This is the first in a series of posts chronicling my experiences during the process of purchasing, rehabbing, and eventually selling a house as an investment. You can find the rest of the series here ( part 1, part 2, part 3, part 4 , part 5, part 6). Hope you enjoy it!
I want to let you in on a little secret… I bought a house! Not a house to live in, but as an investment. I know, I know, you thought my secret was that I’m the secret love child of Charles Lindbergh and Betty White.
Today’s post will be the first in a series documenting why and how I did it, and what I hope to accomplish by investing my hard earned money in real estate, so you can learn along with me.
So let’s start the journey…
Why I Decided to Buy a House
Over the last several years I’ve become more and more disaffected with the stock market. In some recent years the market has gone up substantially, and in some it has gone down, but over the last decade plus, the stock market has remained essentially flat, which means my investments really have had little to no growth at all.
I finally got to the point where I’ve decided to take the bull by the horns and find a way to do something about it.
I’d been toying with the idea of investing in real estate for a few years, and even had my IRA converted to a Self Directed IRA so I could use that money specifically to invest in real estate.
My biggest concern with a real estate investment was that I didn’t want to take out a mortgage to buy a house because I didn’t want the pressure or the extra risk that comes along with investing in real estate with borrowed money. I wanted to do it debt free, which goes completely against what so many of the real estate “gurus” teach about real estate investing using the leverage of “other people’s money” (read debt).
As I see it, investing in real estate without debt gives me a huge advantage because it opens up more options and lowers the type of risk that got so many people into trouble in the past few years.
I decided I could buy a house, fix it up and sell it (flip it), or rent it out and make a steady income from it. Either way the risk is greatly reduced because I don’t have to worry about debt payments hanging over my head every month and whether or not I could meet those payments.
But would I have enough cash to actually buy a house and renovate it?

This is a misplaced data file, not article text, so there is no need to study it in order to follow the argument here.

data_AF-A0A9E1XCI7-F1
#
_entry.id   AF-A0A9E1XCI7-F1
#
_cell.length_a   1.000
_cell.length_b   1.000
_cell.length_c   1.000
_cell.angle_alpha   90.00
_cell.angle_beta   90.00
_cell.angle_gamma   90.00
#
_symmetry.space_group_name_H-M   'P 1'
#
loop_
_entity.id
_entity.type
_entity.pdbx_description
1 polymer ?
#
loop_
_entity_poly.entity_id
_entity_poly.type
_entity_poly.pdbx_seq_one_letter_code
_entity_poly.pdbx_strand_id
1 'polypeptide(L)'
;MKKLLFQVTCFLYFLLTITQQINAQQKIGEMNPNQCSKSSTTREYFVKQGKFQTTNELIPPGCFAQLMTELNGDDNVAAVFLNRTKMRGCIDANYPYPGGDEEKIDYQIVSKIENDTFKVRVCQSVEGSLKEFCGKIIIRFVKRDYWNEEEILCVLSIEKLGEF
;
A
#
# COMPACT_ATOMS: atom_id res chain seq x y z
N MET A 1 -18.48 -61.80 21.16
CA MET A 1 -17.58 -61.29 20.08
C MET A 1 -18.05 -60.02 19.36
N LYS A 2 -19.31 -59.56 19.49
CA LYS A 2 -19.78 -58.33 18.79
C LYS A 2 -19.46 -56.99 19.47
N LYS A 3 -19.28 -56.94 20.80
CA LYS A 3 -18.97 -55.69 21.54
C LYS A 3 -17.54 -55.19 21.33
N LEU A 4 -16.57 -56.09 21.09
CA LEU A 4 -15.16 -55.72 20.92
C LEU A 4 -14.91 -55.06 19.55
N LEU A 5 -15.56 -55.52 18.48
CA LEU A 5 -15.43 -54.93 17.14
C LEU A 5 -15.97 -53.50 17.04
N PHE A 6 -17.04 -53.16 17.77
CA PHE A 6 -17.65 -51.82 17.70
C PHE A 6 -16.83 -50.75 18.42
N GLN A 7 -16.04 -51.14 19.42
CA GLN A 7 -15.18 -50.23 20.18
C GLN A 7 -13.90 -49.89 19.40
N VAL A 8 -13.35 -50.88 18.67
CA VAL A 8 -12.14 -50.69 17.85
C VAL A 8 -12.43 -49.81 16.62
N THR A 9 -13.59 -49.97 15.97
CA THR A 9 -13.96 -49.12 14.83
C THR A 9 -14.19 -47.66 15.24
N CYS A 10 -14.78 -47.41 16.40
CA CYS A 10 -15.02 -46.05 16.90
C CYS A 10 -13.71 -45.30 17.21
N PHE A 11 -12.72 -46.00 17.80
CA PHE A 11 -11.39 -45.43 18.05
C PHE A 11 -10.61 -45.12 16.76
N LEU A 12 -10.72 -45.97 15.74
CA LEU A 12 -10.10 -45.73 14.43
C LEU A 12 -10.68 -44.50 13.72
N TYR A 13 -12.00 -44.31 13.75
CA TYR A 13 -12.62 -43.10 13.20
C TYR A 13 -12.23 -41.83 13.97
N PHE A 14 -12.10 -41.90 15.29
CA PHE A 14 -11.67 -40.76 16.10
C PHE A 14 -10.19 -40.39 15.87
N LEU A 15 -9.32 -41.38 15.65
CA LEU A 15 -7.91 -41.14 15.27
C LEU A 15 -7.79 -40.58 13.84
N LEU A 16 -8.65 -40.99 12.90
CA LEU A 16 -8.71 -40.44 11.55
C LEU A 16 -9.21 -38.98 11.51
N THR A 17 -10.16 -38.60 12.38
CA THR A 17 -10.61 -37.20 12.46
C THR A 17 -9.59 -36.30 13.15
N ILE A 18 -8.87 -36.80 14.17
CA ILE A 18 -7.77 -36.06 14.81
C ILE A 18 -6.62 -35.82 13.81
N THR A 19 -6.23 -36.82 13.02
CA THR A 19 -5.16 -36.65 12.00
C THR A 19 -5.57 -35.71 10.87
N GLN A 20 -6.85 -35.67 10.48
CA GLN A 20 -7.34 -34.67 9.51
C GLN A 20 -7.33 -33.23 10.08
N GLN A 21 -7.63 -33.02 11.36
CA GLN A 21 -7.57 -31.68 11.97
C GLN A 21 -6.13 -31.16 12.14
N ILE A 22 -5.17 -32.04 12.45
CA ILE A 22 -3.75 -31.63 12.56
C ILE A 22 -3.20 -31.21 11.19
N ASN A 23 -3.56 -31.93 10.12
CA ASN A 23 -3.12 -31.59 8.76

There was only one way to find out. I called my friend and realtor Sherril and asked her to put together a list of foreclosures in three different zip codes near my home. My goal was, of course, to get a solid house that maybe needed some work, and get it as cheaply as possible.
I wanted to keep the price as low as possible so I would have enough left over to fix up the house, plus an extra cushion in case something unexpected came up. So we chose several houses from the listings that fit my criteria and over the next couple of weeks we looked at around a dozen or so properties.
Some of them were in pretty good shape, were in a decent neighborhood, and had been recently renovated. Most of those were priced higher than I wanted to spend because I didn’t think I could get a reasonable profit if I decided to flip the property.
We also looked at some that were in terrible shape. We even walked into one where the popcorn ceiling and the walls were actually stained brown from cigarette smoke and smelled so badly of cat pee mixed with smoke that I actually had to hold my breath while I was inside. Nasty with a capital “N”.
That one would have had to be completely gutted just to get it livable again. NO THANKS!
We finally found one that looked promising. It was a foreclosure (sorry, I should have taken a “before” picture) that was owned by the bank. They were asking $49,900, which is a price I could swing, but I wasn’t going to pay that. I knew the bank needed to get rid of this house to get it off the books and that they would be thrilled to actually have someone with cash to buy it quickly.
So after a couple of offers and counteroffers, the bank’s bottom line was $42,900. I accepted the offer and wrote a check for $500 earnest money that would be refunded if I elected not to go through with the deal after thoroughly checking the place out. My next step was to do the due diligence necessary to find out what it would take to get the place into better shape so I could sell or rent it.
So that’s it for the first installment. In the next installment I’ll talk about what it took to get the place checked out from top to bottom so I would know exactly what I was getting into, and some of the surprises along the way.
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